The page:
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Fair Trade wines hit the South Florida market


   Are you one of those people who recycles bottles, carries a canvas bag to the supermarket and drives a gas-sipping hybrid car? Then you're the perfect market for a new line of organic, fair trade wines just arriving in the United States.
   Pretty good wines, too, including a lively, fruity torrontes and a deeply aromatic malbec. In trying them, you can support a growing worldwide organization that's trying to help small producers get a fair shake.
   “They're catching on,'' says distributor Daniel Menendez of Biagio Cru and Estate Wines. “We put little signs on the shelves so people can read about what it does for workers, with a percentage of money going to schools and hospitals in Argentina.''
   In South Florida, the wines are available at Publix, Winn-Dixie and Milams supermarkets.
   Fair trade is a political and social movement with roots in 1960s Europe that aims to help small farmers compete in the world economy. Its members include producers of wine in Argentina, coffee in Mexico and Peru and bananas in Costa Rica. It organizes co-ops, seeks minimum prices and promotes fair labor conditions, direct contact with importers and ecologically sustainable production methods.
   In the U.S., fair trade products are certified by TransFair USA, a private organization that audits prices and practices. The approach has its critics. Some economists say fair trade pricing policies encourage small farmers to overproduce, creating a spiral of
flooded markets and falling prices.
   La Riojana Cooperativa, created in 2006, is an agricultural co-op in northern Argentina with 510 members, mostly small growers with fewer than 15 acres of vines. Its Ecologica line of organic wines donates a small percentage of its proceeds to a fund to build a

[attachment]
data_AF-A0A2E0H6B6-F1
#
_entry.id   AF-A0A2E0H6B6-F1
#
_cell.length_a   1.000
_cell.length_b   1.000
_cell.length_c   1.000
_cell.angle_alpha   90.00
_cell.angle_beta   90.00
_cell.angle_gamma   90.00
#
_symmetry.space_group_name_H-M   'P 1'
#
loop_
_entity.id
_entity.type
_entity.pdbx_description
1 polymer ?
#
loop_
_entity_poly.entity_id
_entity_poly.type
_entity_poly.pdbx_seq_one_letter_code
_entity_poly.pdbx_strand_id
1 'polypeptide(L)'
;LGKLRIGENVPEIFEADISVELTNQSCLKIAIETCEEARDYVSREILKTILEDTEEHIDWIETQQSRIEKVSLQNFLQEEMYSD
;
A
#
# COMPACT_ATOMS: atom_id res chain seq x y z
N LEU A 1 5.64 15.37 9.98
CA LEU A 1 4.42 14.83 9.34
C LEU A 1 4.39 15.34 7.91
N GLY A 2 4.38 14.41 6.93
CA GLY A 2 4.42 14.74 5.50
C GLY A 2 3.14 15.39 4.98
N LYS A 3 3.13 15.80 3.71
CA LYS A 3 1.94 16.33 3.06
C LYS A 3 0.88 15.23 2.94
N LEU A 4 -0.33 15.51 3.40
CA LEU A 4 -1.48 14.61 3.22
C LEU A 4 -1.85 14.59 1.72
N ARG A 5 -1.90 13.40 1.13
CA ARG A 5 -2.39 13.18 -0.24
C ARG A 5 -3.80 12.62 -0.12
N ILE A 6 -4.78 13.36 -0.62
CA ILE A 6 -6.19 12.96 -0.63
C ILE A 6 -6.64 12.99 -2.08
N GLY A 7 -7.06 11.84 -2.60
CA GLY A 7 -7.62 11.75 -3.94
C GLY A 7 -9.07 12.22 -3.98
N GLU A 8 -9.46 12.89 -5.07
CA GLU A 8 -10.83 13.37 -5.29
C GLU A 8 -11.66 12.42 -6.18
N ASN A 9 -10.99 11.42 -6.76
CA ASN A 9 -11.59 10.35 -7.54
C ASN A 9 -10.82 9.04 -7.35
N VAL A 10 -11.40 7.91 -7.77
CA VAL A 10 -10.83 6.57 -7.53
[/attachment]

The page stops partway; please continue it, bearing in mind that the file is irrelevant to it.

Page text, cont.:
water system and high school for the village of Tilimuqui, Argentina.
   In its first U.S. releases, La Riojana is emphasizing the two grapes that are putting Argentina on the map: torrontes, a crisp white wine that may be related to gewurztraminer, and malbec, once a muscular grape added to French Bordeaux wines to give them backbone,
today grown softer and richer on the sunny slopes of the Andes.
   Oh, and they're bottled with screw caps, so you don't have to worry about wines spoiled by bad corks.

   ø‚2008 La Riojana îîSanta Florentina'' Malbec, Famatina Valley, Argentina: deep purple color, with ripe red plum aromas and flavors, ripe tannins; $9.

   ø‚2008 La Riojana îîSanta Florentina'' Torrontes, Famatina Valley, Argentina: intense lychee aromas, flavors of citrus and ripe peaches, crisp and lively: $9.
   ø‚2008 La Riojana “Ecologica'' Torrontes/Chardonnay, La Rioja, Argentina: pineapple and citrus aromas and flavors, rich and fruity; $15.
   ø‚2008 La Riojana “Ecologica'' Syrah/Malbec, La Rioja, Argentina: aromas and flavors of black plums and spice, ripe tannins; $15.



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